Yes. Postponing a planned transition to a publicly funded health care system does not mean this Legislative session is not discussing significant health related priorities. These include continuing to move forward with health care reform, reducing the Medicaid cost shift in an appropriate manner, preserving the collaborative role of the Green Mountain Care Board, re-establishing loan-repayment to help recruit providers, strengthening Vermont’s obesity prevention efforts, and strengthening Vermont’s tobacco prevention efforts.
Vermont needs to continue to implement effective health care reform. Demand is predicted to increase for medical care, mental health care, and substance abuse services and the fee for service model is unsustainable. We need meaningful reform that improves access, fosters improved quality, reduces complexity, and increases coordination of care. NMC and Vermont’s hospitals are collaborating with each other, the Green Mountain Care Board, State officials, and other stakeholders on reform efforts. For us, this includes participating in the Accountable Care Organizations (ACOs) and leading the Regional Clinical Performance Council; working with the Blueprint for Health, NOTCH, private practice Primary Care, etc, to better align care; reducing avoidable Emergency Department visits; implementing LEAN strategies to remove duplication and waste; and pursuing integrated collaboration with funders for sustainable Lifestyle Medicine clinic to strengthen prevention efforts. We have asked our Legislators to make sure any legislated reform efforts align with and do not distract or detract from the ongoing efforts.
The Medicaid cost shift must be addressed in an appropriate manner. The underfunding of Medicaid interferes with access, risks destabilizing practices and providers, and is a burden to employers and the individuals on their workforce. It is crucial that funds raised in the name of reducing the cost shift actually make it through the system to reduce premiums for employers and individuals. Otherwise, we risk the likelihood of just swapping one problem for another and achieving no true improvement for Vermonters. We have asked our Legislators to ensure efforts to reduce the cost shift are effective and do not create larger problems.
We need to strengthen our obesity prevention efforts. I am amazed that consumption of sugary drinks is now the single largest source of calories in children! Sadly, 58% of Vermont adults and nearly 27% of our youth are overweight or obese and Vermont spends an estimated $163 million annually on obesity related conditions. This has to change. Studies suggest a 10% price increase for sugary drinks through taxation would decrease consumption by 8-10%. This is an instance where raising taxes can help. It can reduce consumption, particularly among children, and create funding for important prevention efforts like the Healthy Roots program which has been so successful in our area. We have asked our Legislators to support the 2-cent per ounce excise tax on sugary drinks and endorse using the funding for obesity prevention and greater access to care.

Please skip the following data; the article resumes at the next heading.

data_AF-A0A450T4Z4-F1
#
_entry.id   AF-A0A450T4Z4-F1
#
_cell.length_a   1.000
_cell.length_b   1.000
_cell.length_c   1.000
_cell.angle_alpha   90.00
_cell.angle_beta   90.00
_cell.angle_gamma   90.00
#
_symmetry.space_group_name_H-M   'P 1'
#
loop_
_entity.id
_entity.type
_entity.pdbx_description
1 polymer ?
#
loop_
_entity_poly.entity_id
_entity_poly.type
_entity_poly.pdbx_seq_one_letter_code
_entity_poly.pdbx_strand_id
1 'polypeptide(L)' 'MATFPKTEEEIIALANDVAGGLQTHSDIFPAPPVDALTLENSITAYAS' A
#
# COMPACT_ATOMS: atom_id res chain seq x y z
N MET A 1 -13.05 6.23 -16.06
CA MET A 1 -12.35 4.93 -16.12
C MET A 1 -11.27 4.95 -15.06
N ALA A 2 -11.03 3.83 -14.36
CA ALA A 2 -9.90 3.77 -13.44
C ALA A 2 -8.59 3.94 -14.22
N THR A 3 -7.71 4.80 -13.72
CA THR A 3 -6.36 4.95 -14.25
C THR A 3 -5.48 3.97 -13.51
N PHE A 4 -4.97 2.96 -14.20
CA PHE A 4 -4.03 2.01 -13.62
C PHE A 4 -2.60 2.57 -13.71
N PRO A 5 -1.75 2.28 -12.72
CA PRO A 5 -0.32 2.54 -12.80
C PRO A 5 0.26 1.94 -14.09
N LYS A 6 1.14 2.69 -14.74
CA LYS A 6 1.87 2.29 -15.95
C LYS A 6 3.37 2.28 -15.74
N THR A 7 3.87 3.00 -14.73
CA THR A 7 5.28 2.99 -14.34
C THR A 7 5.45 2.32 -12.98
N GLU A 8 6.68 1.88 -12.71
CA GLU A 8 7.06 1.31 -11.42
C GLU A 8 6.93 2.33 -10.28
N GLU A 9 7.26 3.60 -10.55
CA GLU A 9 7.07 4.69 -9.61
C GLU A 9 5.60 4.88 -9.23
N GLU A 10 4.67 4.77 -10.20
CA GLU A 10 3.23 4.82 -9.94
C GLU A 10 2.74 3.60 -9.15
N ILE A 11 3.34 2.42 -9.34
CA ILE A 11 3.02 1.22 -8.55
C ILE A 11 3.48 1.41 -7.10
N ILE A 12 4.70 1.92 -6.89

We need to maintain momentum on preventing tobacco use. Did you know that Vermont currently spends $348 million a year in tobacco-attributable health care expenses? The good news is, Vermont has successfully cut the youth smoking rate in half and adult smoking has dropped steadily. Franklin County’s adult smoking rate (17%) is now lower than the State’s rate (18%). However, tobacco use remains high among our vulnerable populations. A study shows that $5 were saved in reduced hospitalizations for every $1 spent in tobacco prevention/control in Washington State. We need those savings! Still, while the Centers for Disease Control (CDC) recommends Vermont invest $8.4 million annually in tobacco prevention, Vermont has invested $3.9 million a year recently (out of the $109 million in tobacco funds/taxes). We have asked our Legislators to continue to invest in tobacco control and prevention efforts (as they reduce larger costs) and please support an increase in the tobacco tax and extend it to “e-cigarettes.”
We have discussed these priorities with our Legislators in various settings. We hope you will do the same. Please reach out to members of the Legislature and reinforce what you think is important as we work to create an even healthier Vermont.
— Jill Berry Bowen, NMC’s Chief Executive Officer